Bank of the Year 2018 -- Brazil: Bradesco
November 5, 2018
In a time of economic and political turmoil, Brazil’s banking sector has managed to post solid earnings growth. A priority for this year’s winner: rebuilding its loan portfolio
After a severe, two-year recession ended in 2017, Brazil’s GDP has recorded modest growth, rising just over 1% in the first half of 2018. The economic recovery and historically low interest rates helped Bradesco, the second largest privately owned bank in Brazil, increase net income by 9.7% year-on-year to 5.16 billion reais ($1.4 billion) in 2018’s second quarter and boost lending by 6% to 516 billion reais by the end of the June.
“Everything has proceeded as normal,” says Bradesco CEO Octavio de Lazari. “We have emerged from the recession with a positive outlook, whichever way you look at it.”
Now, as employment and household income levels rise, Bradesco is hoping to improve the quality of its loan portfolio and increase the sales of products and services in 2019. De Lazari is confident that declining mortgage rates will release a pent-up demand for home loans, especially among middle-class homebuyers, and solidify the bank’s top spot in the segment.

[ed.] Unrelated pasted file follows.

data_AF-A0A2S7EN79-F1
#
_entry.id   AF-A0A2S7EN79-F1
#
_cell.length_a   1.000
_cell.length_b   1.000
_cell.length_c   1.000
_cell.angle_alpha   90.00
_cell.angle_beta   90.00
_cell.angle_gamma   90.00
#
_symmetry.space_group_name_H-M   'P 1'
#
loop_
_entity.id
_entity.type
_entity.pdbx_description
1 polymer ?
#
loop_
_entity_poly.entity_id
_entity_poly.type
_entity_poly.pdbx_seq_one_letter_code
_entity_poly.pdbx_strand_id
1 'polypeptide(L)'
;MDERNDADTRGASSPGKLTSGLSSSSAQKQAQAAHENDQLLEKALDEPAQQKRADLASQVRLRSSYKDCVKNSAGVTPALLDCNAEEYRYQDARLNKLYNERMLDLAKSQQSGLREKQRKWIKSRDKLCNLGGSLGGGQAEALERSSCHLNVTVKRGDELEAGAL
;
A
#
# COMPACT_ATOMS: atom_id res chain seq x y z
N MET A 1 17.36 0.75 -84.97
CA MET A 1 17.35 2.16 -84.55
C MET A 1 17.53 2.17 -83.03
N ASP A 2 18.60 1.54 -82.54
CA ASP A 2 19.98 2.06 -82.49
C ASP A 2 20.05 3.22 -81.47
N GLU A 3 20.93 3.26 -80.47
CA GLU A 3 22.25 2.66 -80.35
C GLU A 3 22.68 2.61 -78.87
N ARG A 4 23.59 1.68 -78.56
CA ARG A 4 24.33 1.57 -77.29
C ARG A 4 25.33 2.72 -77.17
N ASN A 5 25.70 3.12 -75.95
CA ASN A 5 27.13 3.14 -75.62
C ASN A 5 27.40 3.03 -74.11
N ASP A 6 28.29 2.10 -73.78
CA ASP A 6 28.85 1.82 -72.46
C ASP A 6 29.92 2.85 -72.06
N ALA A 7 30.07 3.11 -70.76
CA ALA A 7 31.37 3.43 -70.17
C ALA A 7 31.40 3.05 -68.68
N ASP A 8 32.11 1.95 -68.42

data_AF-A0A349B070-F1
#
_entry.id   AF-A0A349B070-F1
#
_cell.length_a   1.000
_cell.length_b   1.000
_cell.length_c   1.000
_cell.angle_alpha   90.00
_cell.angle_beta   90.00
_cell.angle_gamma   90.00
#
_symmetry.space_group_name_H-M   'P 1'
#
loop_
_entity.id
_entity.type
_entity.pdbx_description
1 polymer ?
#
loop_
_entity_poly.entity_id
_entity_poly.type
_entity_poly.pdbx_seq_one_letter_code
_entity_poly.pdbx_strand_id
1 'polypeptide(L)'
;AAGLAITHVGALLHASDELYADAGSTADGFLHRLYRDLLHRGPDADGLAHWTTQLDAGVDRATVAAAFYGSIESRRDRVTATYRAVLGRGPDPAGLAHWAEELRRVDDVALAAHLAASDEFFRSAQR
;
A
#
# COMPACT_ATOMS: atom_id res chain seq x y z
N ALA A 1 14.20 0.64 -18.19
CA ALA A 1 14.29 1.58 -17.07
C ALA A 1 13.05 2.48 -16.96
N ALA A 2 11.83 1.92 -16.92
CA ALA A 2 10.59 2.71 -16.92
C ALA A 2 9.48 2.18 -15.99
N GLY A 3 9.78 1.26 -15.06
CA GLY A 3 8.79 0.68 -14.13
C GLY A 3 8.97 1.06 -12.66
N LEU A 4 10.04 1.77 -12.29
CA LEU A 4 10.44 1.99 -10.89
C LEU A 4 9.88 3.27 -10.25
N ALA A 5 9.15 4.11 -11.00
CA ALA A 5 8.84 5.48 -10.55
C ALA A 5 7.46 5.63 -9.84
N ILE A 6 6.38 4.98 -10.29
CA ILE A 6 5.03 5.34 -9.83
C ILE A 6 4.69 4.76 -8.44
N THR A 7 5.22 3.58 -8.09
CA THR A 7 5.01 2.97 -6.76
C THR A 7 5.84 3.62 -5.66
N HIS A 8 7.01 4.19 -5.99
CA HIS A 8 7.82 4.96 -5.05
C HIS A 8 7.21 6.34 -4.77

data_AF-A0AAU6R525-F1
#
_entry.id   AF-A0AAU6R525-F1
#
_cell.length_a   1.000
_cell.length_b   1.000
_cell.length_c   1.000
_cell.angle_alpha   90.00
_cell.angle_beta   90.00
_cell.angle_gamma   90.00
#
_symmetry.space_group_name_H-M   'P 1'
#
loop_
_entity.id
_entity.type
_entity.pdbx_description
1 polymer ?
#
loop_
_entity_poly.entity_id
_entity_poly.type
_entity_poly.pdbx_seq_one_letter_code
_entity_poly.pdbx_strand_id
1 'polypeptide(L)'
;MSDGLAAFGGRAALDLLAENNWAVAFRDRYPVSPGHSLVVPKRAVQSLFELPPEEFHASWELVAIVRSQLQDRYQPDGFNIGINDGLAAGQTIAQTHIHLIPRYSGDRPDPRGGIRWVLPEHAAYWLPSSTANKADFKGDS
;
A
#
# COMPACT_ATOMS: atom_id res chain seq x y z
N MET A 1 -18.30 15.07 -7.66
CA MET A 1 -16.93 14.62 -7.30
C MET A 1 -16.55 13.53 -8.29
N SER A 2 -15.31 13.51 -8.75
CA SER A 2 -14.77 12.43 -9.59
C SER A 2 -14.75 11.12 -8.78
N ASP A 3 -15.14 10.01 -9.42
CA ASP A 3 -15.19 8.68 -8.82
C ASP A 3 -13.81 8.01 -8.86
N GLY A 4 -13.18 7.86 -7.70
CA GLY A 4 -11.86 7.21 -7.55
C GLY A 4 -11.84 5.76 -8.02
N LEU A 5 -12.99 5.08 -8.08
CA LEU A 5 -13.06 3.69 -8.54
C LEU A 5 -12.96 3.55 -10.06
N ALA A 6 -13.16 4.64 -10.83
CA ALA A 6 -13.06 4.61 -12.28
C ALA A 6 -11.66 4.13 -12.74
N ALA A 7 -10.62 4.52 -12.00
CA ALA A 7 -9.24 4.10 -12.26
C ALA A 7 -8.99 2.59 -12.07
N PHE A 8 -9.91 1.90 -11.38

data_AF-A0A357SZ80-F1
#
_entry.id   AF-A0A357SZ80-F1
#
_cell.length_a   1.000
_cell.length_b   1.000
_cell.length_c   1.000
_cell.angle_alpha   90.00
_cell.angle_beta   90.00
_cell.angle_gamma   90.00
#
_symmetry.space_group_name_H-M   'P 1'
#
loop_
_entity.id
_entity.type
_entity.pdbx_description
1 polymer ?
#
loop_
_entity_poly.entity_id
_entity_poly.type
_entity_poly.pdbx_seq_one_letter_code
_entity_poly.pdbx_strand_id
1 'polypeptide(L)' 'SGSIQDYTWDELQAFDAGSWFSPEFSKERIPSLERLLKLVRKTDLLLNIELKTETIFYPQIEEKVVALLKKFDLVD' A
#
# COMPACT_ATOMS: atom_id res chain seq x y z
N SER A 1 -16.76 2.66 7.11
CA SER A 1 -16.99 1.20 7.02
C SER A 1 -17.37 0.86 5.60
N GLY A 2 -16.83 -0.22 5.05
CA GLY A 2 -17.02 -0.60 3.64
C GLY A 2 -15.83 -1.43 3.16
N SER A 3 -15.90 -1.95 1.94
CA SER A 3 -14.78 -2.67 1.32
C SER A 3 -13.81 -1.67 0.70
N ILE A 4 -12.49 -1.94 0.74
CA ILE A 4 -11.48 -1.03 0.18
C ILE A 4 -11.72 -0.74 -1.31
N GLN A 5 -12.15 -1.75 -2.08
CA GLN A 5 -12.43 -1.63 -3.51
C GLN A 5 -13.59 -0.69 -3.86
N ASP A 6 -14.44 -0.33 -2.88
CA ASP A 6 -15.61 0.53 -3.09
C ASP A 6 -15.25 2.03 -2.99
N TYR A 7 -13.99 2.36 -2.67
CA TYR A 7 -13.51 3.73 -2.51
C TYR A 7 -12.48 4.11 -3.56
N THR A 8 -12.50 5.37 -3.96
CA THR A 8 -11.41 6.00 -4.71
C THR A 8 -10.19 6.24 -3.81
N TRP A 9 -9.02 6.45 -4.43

“We are pinning our greatest expectations on home loans, car loans and payroll loans, as well as working capital for small and mid-sized companies,” he says.
Bradesco also wants to expand its client base by turning long-time customers from other areas, such as credit cards, car loans, insurance and pension plans, into account holders. “We are talking about more than 30 million clients who are in this situation,” de Lazari says.
But pursuing these goals comes with challenges. Customers do not visit bank branches as often as they used to, opting instead to bank through smart phones or other digital channels. Bradesco, which took over a number of bank branches when it acquired HSBC’s Brazilian business in 2016, closed or merged 500 branches in 2017 and plans to shutter another 150 branches in 2018.
In turn, it has signed up 250,000 clients at its digital bank Next since last year. “The Next client is young, and looking for simple, fast attention,” de Lazari says. “Next’s operating volumes are growing at an impressive rate.” LF